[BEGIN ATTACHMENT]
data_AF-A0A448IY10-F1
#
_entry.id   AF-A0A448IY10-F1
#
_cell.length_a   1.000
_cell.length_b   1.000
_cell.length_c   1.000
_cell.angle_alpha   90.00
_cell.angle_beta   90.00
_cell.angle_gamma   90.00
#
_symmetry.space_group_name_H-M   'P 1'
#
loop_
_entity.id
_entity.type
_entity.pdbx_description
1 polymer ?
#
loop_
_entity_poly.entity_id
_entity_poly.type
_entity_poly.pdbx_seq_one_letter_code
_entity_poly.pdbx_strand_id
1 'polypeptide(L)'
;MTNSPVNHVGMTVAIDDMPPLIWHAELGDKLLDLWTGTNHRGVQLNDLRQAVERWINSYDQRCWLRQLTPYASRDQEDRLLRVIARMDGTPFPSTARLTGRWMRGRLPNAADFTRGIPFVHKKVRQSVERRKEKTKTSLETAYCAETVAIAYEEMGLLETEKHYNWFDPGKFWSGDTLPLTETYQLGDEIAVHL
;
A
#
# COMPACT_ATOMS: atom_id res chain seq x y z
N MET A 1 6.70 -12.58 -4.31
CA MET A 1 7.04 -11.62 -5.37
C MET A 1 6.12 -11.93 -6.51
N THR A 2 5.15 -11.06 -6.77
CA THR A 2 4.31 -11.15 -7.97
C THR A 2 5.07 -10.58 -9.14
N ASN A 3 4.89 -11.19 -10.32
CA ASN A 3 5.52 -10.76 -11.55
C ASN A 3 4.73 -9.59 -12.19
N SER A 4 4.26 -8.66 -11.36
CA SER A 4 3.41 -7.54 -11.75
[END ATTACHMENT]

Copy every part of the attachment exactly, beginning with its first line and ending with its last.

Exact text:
data_AF-A0A448IY10-F1
#
_entry.id   AF-A0A448IY10-F1
#
_cell.length_a   1.000
_cell.length_b   1.000
_cell.length_c   1.000
_cell.angle_alpha   90.00
_cell.angle_beta   90.00
_cell.angle_gamma   90.00
#
_symmetry.space_group_name_H-M   'P 1'
#
loop_
_entity.id
_entity.type
_entity.pdbx_description
1 polymer ?
#
loop_
_entity_poly.entity_id
_entity_poly.type
_entity_poly.pdbx_seq_one_letter_code
_entity_poly.pdbx_strand_id
1 'polypeptide(L)'
;MTNSPVNHVGMTVAIDDMPPLIWHAELGDKLLDLWTGTNHRGVQLNDLRQAVERWINSYDQRCWLRQLTPYASRDQEDRLLRVIARMDGTPFPSTARLTGRWMRGRLPNAADFTRGIPFVHKKVRQSVERRKEKTKTSLETAYCAETVAIAYEEMGLLETEKHYNWFDPGKFWSGDTLPLTETYQLGDEIAVHL
;
A
#
# COMPACT_ATOMS: atom_id res chain seq x y z
N MET A 1 6.70 -12.58 -4.31
CA MET A 1 7.04 -11.62 -5.37
C MET A 1 6.12 -11.93 -6.51
N THR A 2 5.15 -11.06 -6.77
CA THR A 2 4.31 -11.15 -7.97
C THR A 2 5.07 -10.58 -9.14
N ASN A 3 4.89 -11.19 -10.32
CA ASN A 3 5.52 -10.76 -11.55
C ASN A 3 4.73 -9.59 -12.19
N SER A 4 4.26 -8.66 -11.36
CA SER A 4 3.41 -7.54 -11.75